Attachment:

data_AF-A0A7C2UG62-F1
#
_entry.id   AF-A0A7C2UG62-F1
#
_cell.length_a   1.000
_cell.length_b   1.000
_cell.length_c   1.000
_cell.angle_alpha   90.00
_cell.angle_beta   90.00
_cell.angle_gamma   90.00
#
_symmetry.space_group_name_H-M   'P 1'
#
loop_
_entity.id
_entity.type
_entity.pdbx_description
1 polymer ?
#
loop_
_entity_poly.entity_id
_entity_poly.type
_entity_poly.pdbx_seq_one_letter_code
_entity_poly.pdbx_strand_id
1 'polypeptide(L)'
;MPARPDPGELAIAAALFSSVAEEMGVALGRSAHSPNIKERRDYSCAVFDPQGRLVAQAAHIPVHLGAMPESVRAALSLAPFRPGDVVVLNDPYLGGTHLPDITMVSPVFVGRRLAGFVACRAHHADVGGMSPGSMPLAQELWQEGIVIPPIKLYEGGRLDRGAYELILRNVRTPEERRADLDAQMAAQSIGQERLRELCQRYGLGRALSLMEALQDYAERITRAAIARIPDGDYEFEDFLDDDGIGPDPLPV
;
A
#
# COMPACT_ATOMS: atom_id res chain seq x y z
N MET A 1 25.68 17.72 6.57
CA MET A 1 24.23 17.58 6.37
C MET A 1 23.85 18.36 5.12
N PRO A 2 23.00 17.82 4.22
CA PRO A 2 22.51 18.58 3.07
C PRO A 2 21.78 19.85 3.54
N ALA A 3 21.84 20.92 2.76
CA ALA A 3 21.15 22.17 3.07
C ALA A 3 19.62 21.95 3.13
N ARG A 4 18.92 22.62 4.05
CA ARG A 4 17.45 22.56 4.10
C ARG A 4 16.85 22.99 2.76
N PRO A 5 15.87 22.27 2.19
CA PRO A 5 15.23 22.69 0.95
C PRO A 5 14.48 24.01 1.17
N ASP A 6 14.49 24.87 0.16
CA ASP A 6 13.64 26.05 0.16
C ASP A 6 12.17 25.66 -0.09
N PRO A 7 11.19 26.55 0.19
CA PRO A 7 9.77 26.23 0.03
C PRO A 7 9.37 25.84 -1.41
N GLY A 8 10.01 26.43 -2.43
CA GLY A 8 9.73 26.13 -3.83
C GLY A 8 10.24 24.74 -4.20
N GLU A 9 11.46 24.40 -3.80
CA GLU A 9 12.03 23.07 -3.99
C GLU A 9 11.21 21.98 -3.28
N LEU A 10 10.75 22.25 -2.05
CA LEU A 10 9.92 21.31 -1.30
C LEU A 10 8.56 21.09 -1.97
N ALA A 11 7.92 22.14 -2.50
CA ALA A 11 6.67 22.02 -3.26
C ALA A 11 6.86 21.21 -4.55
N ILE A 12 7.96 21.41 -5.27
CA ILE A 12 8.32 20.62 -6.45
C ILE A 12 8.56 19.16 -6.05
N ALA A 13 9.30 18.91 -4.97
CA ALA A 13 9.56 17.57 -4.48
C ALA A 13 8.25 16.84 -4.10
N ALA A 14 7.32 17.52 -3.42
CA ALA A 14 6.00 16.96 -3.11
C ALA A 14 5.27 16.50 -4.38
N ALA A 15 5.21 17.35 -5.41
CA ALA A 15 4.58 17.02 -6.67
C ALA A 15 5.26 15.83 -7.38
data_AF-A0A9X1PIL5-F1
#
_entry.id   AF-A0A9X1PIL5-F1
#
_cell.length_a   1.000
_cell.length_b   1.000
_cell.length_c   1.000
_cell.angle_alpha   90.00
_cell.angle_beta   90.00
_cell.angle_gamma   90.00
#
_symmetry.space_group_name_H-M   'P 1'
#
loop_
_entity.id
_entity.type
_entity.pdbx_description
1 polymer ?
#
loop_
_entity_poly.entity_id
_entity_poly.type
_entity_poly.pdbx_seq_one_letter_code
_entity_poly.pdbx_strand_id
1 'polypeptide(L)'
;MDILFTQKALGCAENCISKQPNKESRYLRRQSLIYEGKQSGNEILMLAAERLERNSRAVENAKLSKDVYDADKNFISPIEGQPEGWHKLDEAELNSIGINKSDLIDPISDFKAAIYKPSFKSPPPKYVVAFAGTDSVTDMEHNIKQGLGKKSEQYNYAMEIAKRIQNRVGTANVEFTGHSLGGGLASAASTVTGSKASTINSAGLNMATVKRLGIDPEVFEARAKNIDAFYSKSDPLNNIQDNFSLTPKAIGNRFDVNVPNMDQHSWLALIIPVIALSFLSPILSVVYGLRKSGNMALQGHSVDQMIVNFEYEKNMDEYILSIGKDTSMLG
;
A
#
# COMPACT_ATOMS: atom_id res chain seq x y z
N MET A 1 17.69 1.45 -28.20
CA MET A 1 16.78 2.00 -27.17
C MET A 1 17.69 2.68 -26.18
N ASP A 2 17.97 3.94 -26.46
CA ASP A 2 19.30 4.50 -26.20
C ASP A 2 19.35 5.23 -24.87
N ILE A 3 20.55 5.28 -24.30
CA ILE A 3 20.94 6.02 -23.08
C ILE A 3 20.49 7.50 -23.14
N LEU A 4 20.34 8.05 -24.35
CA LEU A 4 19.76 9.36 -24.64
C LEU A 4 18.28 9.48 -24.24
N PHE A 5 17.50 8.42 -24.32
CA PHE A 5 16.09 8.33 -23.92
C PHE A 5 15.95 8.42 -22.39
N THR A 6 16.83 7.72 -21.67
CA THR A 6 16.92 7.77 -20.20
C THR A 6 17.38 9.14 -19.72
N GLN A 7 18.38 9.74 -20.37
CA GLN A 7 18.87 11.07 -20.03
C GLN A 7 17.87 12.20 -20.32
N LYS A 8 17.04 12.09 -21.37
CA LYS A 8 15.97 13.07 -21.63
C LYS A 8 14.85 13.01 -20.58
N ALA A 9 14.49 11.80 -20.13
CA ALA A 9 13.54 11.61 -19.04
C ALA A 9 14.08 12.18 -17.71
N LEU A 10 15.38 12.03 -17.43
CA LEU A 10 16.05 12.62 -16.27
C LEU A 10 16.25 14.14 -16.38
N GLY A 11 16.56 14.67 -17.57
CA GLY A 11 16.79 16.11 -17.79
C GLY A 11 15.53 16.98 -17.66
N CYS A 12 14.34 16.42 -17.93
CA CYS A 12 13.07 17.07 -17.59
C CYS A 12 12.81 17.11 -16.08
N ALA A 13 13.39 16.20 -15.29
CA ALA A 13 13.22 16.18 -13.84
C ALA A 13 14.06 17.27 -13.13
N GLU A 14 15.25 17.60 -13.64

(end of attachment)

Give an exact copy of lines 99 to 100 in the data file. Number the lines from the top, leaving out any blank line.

_entity_poly.pdbx_strand_id
1 'polypeptide(L)'